Review Summary: Tides of Man draws on many influences and manages to create a crossover feel that works, if not without some low points.
There are several fields of music out there in our day and age. If you skim along the surface, you are bound to find only the same cookie-cutter, same beat, conformist, "keep up with the Joneses" type of stuff. On the sides of this there are other acts, ones that are more acclaimed and appreciated, while still maintaining high levels of popularity. Beneath the surface are many bands which you probably only hear about via word of mouth or on the web. They may have large fanbases, but probably don't see much widespread exposure. Tides of Man would fall just under this final level, in an area of bands working their way up with the hopes and premise of someday having that loyal fanbase.
Tides of Man is a very young act, still slowly maturing, taking its first shaky steps into the musical scene like a toddler balancing on the side of its playpen. The first full release by a band is their very first foray into the tidal oceans of music. It will be a test to see how they can survive out there. Metaphors aside, the first release by Tides of Man, "Empire Theory", shows youthful exuberance and drive. The styles found under the dark and stormy cover range generally from a fusion of alternative rock, progressive, and post-hardcore. You can feel senses of emulation of acts like Opeth and Thrice, but with a spacious atmosphere and youthful vibe.
No time is wasted in the opening moments of Empire Theory, as the album begins immediately with a delicate guitar line, over which vocalist Tilian Pearson, breathing-like, sings sings the lines "This one doesn't cry like the others" before the song smashes into a guitar attack. The high moments of this album are captured in many moments, from the driving and overt chorus of Knowing (That You've Already Arrived), to the epic buildup and riff in Create (Couldn't Keep Up), and the serene guitar lines in the title track. Tides of Man utilizes many progressive elements throughout the album, such as tempo changes and harmonic effects, like in the opening of Create. They should not, however, be pigeonholed as "one of those new, kinda proggy bands". What Tides of Man goes about on Empire Theory is a progressive crossover, trying to appeal to a different crowd then the listeners of prominent prog bands such as Porcupine Tree, Pink Floyd, and The Mars Volta. The sound is more condensed and cross-bred with timbres and tastes of much more accessible styles.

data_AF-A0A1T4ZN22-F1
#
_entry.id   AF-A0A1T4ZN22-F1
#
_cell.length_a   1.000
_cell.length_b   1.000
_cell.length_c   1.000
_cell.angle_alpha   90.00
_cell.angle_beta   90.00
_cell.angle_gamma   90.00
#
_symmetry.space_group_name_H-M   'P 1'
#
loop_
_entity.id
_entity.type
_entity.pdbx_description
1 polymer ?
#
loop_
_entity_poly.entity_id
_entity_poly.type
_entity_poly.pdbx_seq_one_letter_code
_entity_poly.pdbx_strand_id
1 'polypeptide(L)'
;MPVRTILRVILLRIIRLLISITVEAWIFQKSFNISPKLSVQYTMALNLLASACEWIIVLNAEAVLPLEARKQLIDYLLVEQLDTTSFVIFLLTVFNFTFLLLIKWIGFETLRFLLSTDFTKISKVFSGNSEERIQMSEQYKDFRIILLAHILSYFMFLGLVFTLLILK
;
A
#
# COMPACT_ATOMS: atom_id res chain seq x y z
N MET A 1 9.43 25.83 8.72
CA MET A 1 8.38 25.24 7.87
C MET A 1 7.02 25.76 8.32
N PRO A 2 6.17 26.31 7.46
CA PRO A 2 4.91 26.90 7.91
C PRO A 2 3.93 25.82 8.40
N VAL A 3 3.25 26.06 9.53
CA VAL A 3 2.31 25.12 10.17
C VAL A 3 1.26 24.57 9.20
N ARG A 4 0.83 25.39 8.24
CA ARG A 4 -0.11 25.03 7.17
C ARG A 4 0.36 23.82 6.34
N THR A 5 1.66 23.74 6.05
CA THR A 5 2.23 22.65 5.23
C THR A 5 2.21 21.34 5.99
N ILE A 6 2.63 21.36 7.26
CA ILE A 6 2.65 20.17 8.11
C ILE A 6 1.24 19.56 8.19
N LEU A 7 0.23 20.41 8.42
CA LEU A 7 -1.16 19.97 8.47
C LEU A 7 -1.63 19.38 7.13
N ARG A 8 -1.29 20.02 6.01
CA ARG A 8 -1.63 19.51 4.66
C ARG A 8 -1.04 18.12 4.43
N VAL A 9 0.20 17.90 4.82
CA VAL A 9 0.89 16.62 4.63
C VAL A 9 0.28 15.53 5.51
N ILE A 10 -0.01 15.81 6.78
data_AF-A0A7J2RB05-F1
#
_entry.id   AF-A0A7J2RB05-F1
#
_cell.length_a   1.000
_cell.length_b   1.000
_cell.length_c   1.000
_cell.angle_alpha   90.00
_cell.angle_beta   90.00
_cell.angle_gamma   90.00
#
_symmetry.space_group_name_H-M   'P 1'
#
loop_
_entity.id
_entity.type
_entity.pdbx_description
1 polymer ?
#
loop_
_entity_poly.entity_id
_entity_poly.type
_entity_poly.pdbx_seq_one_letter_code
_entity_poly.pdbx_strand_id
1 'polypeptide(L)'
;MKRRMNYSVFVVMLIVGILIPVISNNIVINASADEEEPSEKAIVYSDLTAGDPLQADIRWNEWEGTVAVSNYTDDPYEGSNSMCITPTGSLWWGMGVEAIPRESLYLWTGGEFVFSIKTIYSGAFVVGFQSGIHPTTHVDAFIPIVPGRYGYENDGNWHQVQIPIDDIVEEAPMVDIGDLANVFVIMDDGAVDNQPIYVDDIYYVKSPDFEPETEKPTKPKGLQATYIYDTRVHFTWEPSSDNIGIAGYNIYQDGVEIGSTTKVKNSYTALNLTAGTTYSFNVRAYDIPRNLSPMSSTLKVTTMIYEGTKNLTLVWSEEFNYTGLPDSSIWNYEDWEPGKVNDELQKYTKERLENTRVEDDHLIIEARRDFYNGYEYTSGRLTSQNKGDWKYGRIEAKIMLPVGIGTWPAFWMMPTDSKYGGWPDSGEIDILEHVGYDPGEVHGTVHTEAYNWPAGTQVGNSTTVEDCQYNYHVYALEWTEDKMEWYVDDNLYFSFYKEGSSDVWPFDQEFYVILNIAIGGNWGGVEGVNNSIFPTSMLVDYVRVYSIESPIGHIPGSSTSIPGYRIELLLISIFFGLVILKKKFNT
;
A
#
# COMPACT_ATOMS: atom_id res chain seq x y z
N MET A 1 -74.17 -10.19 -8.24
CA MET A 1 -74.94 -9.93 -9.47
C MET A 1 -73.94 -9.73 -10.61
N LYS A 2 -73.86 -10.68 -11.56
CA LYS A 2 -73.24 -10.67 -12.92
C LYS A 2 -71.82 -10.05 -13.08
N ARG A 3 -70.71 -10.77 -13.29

However, it is this forward appeal that leaves loose ends on Empire Theory. While they style given is genuine and fresh, despite drawing on many influences; and though it does in fact work, in their favor, the album suffers like many crossover releases. First off, Empire Theory is very front-loaded, the first half being stuffed with the best in an attempt to cover up the anorexic second half behind. It seems like the band took their most solid composition and placed them right at the beginning, in an attempt to captivate the audience before they lost interest. The memorable riffs and lines from Knowing, Create, and Empire theory are completely absent from the tail end of the album. While the songs found at the end are very good they just don't hold water against the overbearing first half. If the songs were more evenly spread, this could be fixed, but I find myself stopping the album halfway through.
One problem I have found noted by some was lack of bass. It is not lack of, per se, but lack of prominence. The bass is there - with good headphones you can easily hear its deep pops. The problem is that the bass player generally does the same thing as everyone else, and as a consequence, the bass is not heard; it really just fills out the sound. The mixing is surely on the treble side though. The vocalist's voice is quite high pitched, and I can't really say he has a very original style, but he does do a solid job without sounding shrill. There is something about his voice that demands more but I can't say why.
Empire Theory sets a strong foothold for young band Tides of Man. It has a wide array of influences, and manages to (mostly) successfully instill a crossover feeling, while still being fresh and genuine. Though front-loaded and lacking in layout, it is a solid first step. There are really only two possibilities I see with this style in the future. The band may either stagnate and slip, resorting to hooks and lures to make their music, or they could perhaps evolve their sound and return in a few years with a more mature and rounded sound.